If You’re Grateful And You Know It…
Why Sharing (Your Appreciation) Is Caring
Ap·pre·ci·a·tion. It’s generally accepted as the recognition, approval, and enjoyment of the good qualities of someone or something.
Feeling appreciated is important. Really important … and quite frankly, a lot of us are just bad at showing it. Not because we’re terrible humans and don’t care, but because we get so busy and caught up with life that we forget that it’s something that we not only need to have but also need to give.
Feeling appreciated is really important…and quite frankly, a lot of us are just bad at showing it.
Appreciation is so important that we set aside days for it throughout the year for just about anything you can think of—from our moms and dads, to our favorite foods, and even our jobs. There is a reason these days exist … and it’s not just to sell cards.
A piece from the Harvard Business Review summed it up beautifully and applies to all aspects of our lives: “Feeling genuinely appreciated lifts people up. At the most basic level, it makes us feel safe, which is what frees us to do our best work. It’s also energizing. When our value feels at risk, as it so often does, that worry becomes preoccupying, which drains and diverts our energy from creating value.”
Here’s the thing: It can’t be about just one day, once a year, and it most certainly shouldn’t be confined to one type of person giving and one type of person receiving. One-day and one-way sentiments feel like an obligation and—in some cases—disingenuous or an entitlement.
All Appreciation Is Not Created Equal
Appreciation, gratitude, kindness, empathy … all of these things need to be cultivated in our culture, and we need to practice them daily. However, it doesn’t have to look the same for everyone.
Appreciation doesn’t have to be complicated; it just needs to be authentic.
A thoughtful approach starts with an understanding of how individuals prefer to receive acknowledgment. Some people enjoy public recognition while others cringe at the very thought of the spotlight on them. The point is that you shouldn’t be afraid to simply ask someone where their comfort is. Regardless of the tactic, know this: appreciation has the most impact when it’s shown through action. It doesn’t have to be complicated; it just needs to be authentic.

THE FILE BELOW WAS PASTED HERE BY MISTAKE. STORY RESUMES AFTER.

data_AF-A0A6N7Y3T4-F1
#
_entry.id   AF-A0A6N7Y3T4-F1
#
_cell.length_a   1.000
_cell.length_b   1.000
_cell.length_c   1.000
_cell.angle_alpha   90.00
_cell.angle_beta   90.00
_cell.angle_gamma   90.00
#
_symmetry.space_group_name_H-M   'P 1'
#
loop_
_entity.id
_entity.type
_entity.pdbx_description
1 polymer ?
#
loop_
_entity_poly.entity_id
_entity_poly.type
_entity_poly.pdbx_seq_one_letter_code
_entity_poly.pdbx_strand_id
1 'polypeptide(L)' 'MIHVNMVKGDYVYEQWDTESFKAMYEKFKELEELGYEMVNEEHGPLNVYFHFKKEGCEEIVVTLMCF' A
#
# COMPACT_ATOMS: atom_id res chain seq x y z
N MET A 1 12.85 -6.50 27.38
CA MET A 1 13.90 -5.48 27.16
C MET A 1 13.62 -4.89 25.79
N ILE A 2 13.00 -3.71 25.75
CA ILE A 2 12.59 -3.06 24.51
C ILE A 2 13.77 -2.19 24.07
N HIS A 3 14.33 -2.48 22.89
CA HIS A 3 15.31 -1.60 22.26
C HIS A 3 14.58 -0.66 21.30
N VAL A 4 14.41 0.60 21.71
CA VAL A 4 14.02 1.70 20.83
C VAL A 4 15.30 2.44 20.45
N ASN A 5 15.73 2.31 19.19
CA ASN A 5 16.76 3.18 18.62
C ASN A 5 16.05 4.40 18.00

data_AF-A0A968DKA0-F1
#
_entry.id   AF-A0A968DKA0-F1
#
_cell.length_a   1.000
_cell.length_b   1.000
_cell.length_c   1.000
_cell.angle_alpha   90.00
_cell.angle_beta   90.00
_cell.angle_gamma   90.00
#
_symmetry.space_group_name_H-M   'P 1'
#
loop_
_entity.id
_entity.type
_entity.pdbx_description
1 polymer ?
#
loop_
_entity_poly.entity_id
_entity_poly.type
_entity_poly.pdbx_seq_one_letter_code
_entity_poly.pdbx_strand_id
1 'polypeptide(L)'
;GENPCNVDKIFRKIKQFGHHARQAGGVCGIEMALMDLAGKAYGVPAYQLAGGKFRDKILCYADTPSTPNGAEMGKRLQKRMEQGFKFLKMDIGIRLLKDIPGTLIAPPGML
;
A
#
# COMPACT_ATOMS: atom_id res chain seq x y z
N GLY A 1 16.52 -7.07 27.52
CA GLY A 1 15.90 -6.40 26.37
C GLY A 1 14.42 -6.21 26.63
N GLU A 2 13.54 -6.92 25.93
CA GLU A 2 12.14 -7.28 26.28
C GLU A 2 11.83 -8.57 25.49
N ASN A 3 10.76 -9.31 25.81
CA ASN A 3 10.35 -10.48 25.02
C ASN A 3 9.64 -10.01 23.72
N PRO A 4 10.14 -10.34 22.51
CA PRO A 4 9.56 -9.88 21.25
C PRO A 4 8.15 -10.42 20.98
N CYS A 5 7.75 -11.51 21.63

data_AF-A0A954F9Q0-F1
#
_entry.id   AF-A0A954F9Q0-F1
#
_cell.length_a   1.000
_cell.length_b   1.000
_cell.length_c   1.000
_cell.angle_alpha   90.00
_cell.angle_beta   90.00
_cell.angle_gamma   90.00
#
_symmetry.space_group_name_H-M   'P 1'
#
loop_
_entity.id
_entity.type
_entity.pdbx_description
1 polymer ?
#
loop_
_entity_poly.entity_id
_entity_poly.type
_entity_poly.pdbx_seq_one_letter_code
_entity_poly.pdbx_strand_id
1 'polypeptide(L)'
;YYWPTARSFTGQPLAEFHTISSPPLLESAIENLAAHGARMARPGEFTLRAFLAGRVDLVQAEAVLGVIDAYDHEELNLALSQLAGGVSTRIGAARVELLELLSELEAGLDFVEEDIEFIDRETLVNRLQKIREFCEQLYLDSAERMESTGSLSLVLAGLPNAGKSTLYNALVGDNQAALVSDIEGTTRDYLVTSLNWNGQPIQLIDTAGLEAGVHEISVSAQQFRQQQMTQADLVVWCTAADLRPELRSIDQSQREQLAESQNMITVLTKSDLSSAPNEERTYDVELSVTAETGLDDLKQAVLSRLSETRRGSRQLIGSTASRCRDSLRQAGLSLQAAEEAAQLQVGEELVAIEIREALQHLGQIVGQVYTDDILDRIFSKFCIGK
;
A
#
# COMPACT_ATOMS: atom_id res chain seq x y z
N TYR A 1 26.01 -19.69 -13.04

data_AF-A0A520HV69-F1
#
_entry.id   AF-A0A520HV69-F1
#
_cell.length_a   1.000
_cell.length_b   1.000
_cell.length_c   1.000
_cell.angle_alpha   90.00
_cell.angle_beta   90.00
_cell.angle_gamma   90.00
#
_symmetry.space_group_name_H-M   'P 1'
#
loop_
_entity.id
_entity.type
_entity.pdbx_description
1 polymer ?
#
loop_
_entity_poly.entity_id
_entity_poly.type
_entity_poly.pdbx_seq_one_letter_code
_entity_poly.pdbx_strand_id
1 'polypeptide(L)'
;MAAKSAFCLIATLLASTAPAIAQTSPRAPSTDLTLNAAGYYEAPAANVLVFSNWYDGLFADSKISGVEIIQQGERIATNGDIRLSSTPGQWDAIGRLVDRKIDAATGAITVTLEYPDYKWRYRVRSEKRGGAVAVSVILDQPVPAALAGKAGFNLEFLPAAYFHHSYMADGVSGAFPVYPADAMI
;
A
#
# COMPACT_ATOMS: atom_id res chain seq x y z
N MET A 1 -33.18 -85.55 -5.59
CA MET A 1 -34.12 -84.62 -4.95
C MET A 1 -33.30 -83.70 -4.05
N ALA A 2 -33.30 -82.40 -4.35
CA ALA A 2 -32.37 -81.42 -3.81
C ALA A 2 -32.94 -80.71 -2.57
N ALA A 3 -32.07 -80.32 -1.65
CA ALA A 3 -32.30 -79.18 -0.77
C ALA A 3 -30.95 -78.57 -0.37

At EPIC, we have a Kudos Board. We actually have two. One is a digital solution (a Slack channel) and the other is an actual board located at our office. The “real-life” Kudos Board is a colorfully decorated, old-school bulletin board with notepaper, markers, and more—everything you need to craft a shout-out to someone. It feels pretty good to find your name there. You know why? Because it comes from the heart. There are no prompts or have-to’s for this. Anyone can do it at any time.
Gift cards, candy bouquets, and promotional merch all have their place, but the list of possibilities to show appreciation is endless. Here are just a few examples:
- Snail mail. Who doesn’t love a surprise in the mail that isn’t a bill? Send a letter or postcard with a personal note.
- Celebrate! Make sure to recognize not just the wins but birthdays, anniversaries, and milestones.
- Want to send a gift? Make it customized and personal to the person on the receiving end.
- Quality time. Step away from work and create opportunities for outside-the-box conversations over lunch or coffee.
- Traveling trophy. Think white elephant but all year long! The more ridiculous the better, but find that something that can be awarded and passed on.
Make It A Habit
Ultimately, it takes intentionality. Make it a habit to acknowledge what is going well, what others are doing right, or even those little things that we sometimes take for granted with each other. It’s important and it also has an immediate positive influence:
- Boosts morale and productivity
- Shows respect and helps to build trust
- Deepens relationships and loyalty
- Helps to highlight what success looks like
Straight up, it makes people feel good to give and receive appreciation. Make time for it and make it part of your culture. You’ll be glad you did.